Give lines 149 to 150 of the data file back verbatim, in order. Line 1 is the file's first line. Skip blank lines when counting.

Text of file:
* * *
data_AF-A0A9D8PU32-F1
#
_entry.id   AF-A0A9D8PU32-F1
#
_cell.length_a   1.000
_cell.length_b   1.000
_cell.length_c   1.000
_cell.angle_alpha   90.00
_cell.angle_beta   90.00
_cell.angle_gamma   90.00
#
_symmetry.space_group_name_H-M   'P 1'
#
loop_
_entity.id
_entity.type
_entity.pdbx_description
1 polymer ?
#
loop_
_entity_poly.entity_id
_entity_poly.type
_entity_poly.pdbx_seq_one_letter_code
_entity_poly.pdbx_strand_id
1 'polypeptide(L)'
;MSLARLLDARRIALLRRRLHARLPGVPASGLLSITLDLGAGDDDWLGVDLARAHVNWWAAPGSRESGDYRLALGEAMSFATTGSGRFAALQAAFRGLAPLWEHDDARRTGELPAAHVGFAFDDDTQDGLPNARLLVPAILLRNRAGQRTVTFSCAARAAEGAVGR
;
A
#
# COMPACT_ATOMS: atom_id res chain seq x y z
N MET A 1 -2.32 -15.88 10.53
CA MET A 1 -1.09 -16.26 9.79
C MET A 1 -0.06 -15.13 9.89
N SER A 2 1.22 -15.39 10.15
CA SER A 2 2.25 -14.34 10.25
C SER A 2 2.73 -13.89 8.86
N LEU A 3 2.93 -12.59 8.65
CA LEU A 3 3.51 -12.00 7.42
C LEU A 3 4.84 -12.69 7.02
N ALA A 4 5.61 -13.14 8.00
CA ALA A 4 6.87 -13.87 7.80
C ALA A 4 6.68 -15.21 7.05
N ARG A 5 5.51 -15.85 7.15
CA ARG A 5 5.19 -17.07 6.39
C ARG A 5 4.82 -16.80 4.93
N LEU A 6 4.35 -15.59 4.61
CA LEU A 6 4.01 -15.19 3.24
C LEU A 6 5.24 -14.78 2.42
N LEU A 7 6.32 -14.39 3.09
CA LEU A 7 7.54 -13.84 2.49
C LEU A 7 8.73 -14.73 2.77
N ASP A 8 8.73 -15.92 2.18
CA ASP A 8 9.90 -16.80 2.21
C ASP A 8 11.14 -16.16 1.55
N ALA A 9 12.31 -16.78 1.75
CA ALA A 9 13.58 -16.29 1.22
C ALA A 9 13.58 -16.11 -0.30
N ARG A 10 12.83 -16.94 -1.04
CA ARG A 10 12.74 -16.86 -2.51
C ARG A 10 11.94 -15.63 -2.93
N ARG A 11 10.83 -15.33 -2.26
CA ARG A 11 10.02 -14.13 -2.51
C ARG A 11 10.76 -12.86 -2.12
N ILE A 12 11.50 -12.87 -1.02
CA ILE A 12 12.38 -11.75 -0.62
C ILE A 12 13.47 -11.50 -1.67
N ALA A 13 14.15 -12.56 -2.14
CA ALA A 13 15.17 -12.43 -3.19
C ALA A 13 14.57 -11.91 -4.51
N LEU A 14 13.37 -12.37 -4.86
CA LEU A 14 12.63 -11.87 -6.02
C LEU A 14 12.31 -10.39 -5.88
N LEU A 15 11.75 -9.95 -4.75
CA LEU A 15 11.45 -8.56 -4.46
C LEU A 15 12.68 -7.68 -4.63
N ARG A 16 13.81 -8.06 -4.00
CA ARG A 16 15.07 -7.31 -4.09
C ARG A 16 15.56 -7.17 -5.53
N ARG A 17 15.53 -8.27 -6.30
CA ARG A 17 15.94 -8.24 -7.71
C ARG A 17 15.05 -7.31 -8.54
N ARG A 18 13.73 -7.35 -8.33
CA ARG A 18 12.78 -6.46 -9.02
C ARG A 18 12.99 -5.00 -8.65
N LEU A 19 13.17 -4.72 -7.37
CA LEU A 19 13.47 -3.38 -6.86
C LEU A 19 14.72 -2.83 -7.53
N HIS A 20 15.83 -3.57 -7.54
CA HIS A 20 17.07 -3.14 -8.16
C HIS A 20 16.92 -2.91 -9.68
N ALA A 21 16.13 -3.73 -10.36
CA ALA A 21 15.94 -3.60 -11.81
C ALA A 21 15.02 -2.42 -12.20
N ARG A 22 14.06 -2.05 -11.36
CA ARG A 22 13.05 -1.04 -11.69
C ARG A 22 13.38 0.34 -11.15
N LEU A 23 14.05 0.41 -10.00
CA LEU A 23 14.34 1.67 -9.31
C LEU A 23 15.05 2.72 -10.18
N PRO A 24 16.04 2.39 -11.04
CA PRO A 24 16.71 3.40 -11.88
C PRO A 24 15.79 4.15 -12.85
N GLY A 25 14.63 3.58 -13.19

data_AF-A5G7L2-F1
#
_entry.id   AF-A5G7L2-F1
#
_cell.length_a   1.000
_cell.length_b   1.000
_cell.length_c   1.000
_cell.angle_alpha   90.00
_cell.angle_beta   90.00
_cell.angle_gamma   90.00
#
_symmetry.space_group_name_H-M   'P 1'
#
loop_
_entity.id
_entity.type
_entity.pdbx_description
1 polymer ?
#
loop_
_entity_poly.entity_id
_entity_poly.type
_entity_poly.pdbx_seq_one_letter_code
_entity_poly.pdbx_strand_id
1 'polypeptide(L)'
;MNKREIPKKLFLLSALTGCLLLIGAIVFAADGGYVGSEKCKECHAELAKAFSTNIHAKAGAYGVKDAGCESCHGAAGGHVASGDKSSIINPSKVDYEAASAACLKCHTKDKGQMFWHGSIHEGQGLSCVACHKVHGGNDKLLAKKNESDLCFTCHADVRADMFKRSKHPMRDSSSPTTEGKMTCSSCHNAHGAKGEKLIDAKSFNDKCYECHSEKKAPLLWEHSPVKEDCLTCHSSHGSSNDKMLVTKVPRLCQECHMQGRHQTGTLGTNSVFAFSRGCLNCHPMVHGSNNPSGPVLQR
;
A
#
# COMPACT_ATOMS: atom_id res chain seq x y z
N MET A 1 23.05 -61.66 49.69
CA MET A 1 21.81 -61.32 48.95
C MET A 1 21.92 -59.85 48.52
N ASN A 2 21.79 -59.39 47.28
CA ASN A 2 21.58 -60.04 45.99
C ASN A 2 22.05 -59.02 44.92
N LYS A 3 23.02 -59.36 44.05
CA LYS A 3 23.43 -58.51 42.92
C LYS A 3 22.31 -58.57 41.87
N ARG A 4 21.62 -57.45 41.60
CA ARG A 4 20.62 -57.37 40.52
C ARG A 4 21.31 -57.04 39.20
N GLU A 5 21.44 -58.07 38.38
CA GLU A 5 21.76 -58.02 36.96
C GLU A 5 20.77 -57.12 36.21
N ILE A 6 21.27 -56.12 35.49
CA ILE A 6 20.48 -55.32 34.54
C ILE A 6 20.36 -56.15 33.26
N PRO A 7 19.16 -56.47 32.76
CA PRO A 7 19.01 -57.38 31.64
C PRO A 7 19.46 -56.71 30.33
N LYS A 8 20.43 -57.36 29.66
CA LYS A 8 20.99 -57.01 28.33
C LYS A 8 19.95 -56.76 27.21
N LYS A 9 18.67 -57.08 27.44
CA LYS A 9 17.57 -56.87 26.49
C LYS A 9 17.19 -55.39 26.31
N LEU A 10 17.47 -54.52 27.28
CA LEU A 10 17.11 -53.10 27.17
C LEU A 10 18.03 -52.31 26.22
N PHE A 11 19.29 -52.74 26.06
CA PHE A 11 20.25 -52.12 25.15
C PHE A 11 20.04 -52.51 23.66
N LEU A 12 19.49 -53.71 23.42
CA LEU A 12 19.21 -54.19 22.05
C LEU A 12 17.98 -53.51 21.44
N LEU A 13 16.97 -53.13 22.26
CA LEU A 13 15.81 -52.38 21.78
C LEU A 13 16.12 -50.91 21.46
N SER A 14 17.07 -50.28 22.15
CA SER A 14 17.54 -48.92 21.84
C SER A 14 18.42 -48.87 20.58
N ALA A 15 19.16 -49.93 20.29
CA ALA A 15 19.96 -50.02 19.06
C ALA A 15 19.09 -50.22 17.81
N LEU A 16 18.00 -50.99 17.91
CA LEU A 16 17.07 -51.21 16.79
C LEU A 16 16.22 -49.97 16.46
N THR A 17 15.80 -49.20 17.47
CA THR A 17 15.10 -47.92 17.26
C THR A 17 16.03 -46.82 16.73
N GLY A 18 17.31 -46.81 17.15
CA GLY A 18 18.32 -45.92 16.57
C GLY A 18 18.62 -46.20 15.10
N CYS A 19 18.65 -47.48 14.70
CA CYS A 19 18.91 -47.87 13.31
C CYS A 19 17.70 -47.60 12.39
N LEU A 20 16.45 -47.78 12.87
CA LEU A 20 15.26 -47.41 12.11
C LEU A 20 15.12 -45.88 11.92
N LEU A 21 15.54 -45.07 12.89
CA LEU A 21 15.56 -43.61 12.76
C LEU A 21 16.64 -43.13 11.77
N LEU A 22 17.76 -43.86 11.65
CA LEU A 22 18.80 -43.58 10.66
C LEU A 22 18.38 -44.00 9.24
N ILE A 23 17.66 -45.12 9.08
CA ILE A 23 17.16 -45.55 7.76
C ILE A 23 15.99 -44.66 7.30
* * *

N ILE A 6 21.27 -56.12 35.49
CA ILE A 6 20.48 -55.32 34.54